whoa, is that a mess. the only surprise is that you get such a benign error message with such egregious code.
first, never nest named functions. second, what the heck are you trying to do?
as I said this is not actual code (several hundred lines) but just a contrived example modelling the application structure. While it is still something different, lets assume that the dummy class represents polygons (so it derives from array and would implement useful methods like finding total length, area, center of gravity).
The static function could be intersection
I am using quite a few nested functions in this project - they have access to local variables of the enclosing function. Without the m I wouldhave to pass in a handful of variables (or an object grouping them together)
I have already noticed that nested functions are a mixed blessing, because there are fewer compile-time checks (such as number and type of arguments). However, they exist, so why shouldn't I use them?
One of the things I stumbled over: when I got the error, I tried one thing ... that did make the code work in the end: I removed the static attribute from the function and changed the main class to call it as a method of the first element of the array (which is certainly making it unreadable)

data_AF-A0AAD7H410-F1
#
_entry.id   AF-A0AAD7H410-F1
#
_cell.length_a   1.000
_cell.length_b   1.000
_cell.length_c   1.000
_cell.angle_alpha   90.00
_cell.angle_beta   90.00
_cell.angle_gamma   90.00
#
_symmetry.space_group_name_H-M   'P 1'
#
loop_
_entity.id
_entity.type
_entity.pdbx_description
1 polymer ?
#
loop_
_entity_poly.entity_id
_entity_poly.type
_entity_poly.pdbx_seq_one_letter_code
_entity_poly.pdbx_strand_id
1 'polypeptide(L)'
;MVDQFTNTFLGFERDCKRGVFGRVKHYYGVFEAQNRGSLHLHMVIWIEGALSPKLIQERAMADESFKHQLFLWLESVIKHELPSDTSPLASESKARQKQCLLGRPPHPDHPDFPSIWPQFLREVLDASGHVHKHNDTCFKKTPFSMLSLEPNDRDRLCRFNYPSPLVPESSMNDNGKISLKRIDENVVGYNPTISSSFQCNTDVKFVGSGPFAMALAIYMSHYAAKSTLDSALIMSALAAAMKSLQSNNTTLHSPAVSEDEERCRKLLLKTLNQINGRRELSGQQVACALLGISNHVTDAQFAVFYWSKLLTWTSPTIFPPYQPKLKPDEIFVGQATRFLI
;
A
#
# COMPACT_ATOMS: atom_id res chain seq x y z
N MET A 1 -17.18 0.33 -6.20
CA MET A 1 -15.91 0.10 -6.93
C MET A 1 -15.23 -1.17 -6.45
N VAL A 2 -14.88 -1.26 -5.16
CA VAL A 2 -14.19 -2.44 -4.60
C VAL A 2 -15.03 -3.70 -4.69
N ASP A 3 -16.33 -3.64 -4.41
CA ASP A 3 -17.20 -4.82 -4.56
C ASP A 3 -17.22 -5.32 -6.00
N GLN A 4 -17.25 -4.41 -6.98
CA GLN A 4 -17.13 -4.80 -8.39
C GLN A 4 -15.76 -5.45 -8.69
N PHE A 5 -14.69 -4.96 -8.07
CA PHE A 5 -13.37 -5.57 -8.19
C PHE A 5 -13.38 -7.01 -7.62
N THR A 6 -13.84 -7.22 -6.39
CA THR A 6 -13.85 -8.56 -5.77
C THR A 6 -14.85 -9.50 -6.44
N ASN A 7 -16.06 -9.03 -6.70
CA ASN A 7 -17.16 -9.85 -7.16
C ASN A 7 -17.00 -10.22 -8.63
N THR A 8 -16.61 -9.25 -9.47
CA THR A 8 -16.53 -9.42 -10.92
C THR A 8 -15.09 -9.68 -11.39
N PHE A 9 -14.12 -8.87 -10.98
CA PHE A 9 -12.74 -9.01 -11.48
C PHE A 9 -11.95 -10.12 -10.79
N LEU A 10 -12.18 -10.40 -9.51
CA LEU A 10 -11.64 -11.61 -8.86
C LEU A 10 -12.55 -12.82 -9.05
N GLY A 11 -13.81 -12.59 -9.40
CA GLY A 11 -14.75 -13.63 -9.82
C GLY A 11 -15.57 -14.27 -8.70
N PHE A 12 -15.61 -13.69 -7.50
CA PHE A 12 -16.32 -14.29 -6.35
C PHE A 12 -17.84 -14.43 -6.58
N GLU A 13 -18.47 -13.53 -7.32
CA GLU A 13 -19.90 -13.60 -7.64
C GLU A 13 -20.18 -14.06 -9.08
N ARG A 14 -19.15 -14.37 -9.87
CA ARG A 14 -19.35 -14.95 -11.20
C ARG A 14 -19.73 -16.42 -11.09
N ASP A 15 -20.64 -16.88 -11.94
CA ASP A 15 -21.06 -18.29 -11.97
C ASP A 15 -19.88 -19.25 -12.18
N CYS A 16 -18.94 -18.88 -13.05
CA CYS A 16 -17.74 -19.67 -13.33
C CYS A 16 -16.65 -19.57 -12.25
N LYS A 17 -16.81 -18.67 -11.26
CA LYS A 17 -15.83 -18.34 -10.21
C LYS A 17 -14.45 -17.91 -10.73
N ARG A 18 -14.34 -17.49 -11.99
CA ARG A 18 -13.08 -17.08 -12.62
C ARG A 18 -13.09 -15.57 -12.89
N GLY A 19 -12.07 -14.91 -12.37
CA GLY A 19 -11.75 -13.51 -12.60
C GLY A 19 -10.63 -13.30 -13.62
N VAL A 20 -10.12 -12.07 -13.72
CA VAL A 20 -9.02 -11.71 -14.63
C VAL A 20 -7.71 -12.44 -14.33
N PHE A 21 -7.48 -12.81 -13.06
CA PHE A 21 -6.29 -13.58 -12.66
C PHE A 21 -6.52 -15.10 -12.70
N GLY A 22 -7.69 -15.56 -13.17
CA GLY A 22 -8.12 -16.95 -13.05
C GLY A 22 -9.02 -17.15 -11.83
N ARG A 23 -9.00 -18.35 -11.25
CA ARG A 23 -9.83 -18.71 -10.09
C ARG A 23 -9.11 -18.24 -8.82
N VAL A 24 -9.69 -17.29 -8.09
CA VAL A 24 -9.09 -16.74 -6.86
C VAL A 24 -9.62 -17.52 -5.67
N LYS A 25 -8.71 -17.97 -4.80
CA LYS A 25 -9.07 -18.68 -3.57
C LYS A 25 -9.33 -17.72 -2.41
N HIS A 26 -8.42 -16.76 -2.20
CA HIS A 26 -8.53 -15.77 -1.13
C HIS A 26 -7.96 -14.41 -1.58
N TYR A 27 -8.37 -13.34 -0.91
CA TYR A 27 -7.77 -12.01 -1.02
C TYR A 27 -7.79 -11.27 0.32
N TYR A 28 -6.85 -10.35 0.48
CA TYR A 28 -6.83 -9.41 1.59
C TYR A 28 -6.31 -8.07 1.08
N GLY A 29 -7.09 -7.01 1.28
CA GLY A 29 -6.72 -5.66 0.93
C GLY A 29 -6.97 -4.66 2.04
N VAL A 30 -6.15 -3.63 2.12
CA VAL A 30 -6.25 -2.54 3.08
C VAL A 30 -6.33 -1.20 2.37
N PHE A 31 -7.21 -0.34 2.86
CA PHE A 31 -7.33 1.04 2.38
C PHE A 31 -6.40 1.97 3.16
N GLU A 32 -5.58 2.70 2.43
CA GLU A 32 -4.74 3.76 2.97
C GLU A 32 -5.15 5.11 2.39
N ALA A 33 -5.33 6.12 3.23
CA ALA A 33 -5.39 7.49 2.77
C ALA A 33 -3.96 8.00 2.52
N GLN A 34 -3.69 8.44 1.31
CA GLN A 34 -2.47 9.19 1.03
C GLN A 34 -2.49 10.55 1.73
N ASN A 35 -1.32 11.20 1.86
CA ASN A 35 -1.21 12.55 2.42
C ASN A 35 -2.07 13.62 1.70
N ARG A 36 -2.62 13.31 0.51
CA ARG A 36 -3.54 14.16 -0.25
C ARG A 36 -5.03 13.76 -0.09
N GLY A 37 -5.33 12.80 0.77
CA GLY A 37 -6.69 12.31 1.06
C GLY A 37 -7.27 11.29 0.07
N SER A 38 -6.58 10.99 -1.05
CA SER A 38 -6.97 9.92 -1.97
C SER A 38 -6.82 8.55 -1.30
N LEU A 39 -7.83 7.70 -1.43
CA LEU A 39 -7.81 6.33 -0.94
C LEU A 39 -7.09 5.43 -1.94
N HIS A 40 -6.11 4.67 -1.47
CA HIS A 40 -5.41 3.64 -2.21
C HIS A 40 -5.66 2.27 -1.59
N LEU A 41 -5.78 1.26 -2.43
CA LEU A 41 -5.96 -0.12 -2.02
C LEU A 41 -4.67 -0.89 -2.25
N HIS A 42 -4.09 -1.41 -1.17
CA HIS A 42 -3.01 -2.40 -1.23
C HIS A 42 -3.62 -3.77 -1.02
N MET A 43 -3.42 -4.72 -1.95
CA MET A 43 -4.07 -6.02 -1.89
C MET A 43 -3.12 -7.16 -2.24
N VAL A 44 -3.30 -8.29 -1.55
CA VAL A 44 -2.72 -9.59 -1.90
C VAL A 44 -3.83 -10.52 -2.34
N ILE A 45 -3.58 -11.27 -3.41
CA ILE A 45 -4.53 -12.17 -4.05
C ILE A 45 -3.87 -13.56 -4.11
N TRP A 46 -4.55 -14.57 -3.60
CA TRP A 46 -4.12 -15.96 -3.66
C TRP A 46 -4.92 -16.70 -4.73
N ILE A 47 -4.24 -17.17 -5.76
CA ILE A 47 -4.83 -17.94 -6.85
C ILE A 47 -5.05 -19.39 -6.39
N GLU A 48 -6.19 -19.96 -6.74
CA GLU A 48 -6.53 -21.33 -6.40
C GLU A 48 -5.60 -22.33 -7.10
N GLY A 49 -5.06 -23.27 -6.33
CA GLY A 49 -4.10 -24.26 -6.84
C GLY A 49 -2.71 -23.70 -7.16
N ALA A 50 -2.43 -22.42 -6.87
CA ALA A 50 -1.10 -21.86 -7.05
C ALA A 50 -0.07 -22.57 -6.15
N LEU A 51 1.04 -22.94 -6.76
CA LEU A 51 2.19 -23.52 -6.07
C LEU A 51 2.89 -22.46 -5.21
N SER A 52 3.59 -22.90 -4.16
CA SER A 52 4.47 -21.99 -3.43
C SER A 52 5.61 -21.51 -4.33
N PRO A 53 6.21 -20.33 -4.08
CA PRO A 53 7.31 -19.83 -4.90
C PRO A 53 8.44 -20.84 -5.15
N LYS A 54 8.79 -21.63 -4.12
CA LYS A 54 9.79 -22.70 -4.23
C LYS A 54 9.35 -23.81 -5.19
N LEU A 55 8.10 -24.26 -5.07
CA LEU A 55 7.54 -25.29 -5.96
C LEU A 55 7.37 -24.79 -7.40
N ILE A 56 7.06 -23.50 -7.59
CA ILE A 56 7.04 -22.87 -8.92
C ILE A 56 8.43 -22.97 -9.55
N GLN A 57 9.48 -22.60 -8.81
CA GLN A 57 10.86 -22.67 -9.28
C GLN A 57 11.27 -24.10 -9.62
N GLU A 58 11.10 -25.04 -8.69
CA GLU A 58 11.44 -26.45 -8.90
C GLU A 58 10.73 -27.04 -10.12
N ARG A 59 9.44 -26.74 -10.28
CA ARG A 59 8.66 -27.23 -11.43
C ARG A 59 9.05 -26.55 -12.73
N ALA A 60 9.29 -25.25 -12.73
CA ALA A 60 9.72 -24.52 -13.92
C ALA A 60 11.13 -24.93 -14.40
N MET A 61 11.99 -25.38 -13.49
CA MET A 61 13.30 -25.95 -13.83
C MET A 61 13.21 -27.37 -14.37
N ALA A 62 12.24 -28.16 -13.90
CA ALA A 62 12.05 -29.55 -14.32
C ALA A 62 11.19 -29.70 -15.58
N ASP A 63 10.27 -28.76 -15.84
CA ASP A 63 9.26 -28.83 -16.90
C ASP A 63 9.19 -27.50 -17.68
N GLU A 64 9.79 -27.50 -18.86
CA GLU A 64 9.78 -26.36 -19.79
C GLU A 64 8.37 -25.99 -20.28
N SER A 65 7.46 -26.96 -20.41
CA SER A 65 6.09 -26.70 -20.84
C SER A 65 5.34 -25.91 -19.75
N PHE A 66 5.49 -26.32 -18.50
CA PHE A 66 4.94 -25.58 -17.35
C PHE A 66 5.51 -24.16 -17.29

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nested named functions don't work. and, i can't help you with abstracted code. it's too frustrating on my part.
someone else may be willing and able to help you, if you're patient.
>> nested named functions don't work
it is a bit disappointing to find that, after writing some 2000 lines that make heavy use of a feature. Is that some knowledge buried inside a manual, or is it just common experiece by others who tried it before?
Thanks for replying - even if it is somewhat bad news
i don't have much formal training so almost all my knowledge is trial and error and reading the flash help files. but it doesn't take much to see that flash handles named functions in a, perhaps, non-intuitive way. for example:
// b() is undefined. the compiler should complain if you're using strict mode (which you should be using).
also, if you define a named function on a movieclip frame (that may eventually or may not ever play), that function will be defined as soon as the movieclip exists. eg, you can define a named function on frame 200 of movieclip mc and, on the frame frame where mc is defined, mc.thatfunction() will work before frame 200 plays (and frame 200 need not ever play).